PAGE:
Daily Management Review

Shell and BG Transaction is only the beginning of large-scale mergers


The largest in the past decade transaction of Royal Dutch Shell concern to buy British BG Group due to low oil prices was carried in the oil and gas sector. According to the German edition of DW and expert on commodity market Eugene Weinberg, it can give impetus to a whole series of similar mergers.

It is expected that about 65 billion euros will be paid by the British-Dutch petroleum company Royal Dutch Shell for the British BG Group, which specializes in the production of natural gas. Given that the price of oil over the last year, which collapsed almost twice, caused the financial crisis in the entire field of oil and gas, the decision is considered to be premature by many experts. However, Weinberg, Head of the analytical department on the commodity markets at Commerzbank in Frankfurt, does not think so.

- At first glance, of course, these things contradict each other. However, when re-examinating, it becomes clear that due to poor baseline all is just very logical. To me, such transactions are a signal that it is the decisive moment for many businesses. On the other hand, some corporations want to take advantage of low prices and expect significant price growth in the long term. Businesses are investing their cash resources accumulated in recent years in order to overcome the crisis having become strong, - said Weinberg to DW.

As suggested by Weinberg, the current state of affairs in the field once again convincingly proved the old adage "the more, the better." Those companies, which spend money wisely and managed to save more than others having creating a great deal of the amount of financial reserves, go through a period of volatility during the time of low prices much more confident than the others.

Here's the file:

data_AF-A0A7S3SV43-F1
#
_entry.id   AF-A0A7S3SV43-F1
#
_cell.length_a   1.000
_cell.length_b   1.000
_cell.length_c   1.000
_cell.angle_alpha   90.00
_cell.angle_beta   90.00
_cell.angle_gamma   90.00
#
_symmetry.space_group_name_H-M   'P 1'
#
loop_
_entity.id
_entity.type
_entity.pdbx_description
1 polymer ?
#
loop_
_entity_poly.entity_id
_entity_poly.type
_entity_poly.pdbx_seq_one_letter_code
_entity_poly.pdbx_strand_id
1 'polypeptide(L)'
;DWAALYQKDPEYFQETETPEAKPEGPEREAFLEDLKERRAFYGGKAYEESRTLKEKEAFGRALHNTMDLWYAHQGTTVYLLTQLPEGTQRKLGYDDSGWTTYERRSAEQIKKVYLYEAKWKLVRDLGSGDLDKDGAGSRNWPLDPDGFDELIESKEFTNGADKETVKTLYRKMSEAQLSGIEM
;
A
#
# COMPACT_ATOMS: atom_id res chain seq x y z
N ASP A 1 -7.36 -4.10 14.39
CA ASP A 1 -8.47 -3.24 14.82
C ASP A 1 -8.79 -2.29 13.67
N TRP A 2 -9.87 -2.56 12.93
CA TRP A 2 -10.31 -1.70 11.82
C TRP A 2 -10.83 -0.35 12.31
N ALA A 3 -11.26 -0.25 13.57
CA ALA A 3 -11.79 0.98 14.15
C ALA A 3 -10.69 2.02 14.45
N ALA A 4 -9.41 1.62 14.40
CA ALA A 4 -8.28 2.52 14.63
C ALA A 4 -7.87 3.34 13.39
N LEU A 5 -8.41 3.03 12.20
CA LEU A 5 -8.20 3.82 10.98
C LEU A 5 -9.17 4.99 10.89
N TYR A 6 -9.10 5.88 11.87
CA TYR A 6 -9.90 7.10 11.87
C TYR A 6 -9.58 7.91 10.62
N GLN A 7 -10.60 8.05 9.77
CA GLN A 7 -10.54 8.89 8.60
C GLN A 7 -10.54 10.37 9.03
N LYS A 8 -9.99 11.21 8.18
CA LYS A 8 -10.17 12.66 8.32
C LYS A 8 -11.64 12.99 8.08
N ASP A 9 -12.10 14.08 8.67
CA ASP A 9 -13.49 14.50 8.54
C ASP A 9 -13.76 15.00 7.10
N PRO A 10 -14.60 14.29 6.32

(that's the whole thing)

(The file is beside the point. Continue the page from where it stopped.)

- I remember well the phase of major mergers and acquisitions in the energy sector in the late 1990s. BP bought the North American concern Amoco. This was followed by Total company’s absorption of concern Elf Aquitaine. In those years, there was a significant oversupply of oil. Barrel was worth some $ 10. Uncertainty and fear dominated in the industry - said Weinberg.

Now the situation in the oil market is very similar to that. Firstly, there is obvious overproduction of raw materials in the context of a general economic downturn. Second comes the final stage of the settlement of the nuclear problem of Iran. In practice, this unleashes Iran and on the world oil market, stuffing of additional volumes of Iranian "black gold" may occur, as it will inevitably pull prices down. Nevertheless, in the long run, says Weinberg, the potential for a rise in prices is large enough, and this fact gives enough reason to invest in this sector. It is possible that in the near future, there will be a similar merger.   

Together, Shell and BG are becoming one of the largest suppliers of decreased gas. According to Weinberg, we are watching a gradual shift from the principle according to which the price of gas is calculated from the price of oil, which in the future will lead to the emergence of a single gas market.

- Gas gradually gets free from oil quotations. On the one hand, there is still no single gas market, but on the other hand, I think that in the future it would appear. Therefore, I see a lot of potential in enterprises engaged in liquefied gas. For these companies, the gas component is a good addition to the general range of industries in which they are engaged, and with an eye to the future has already begun the battle for market share - says Weinberg.

source: DW.de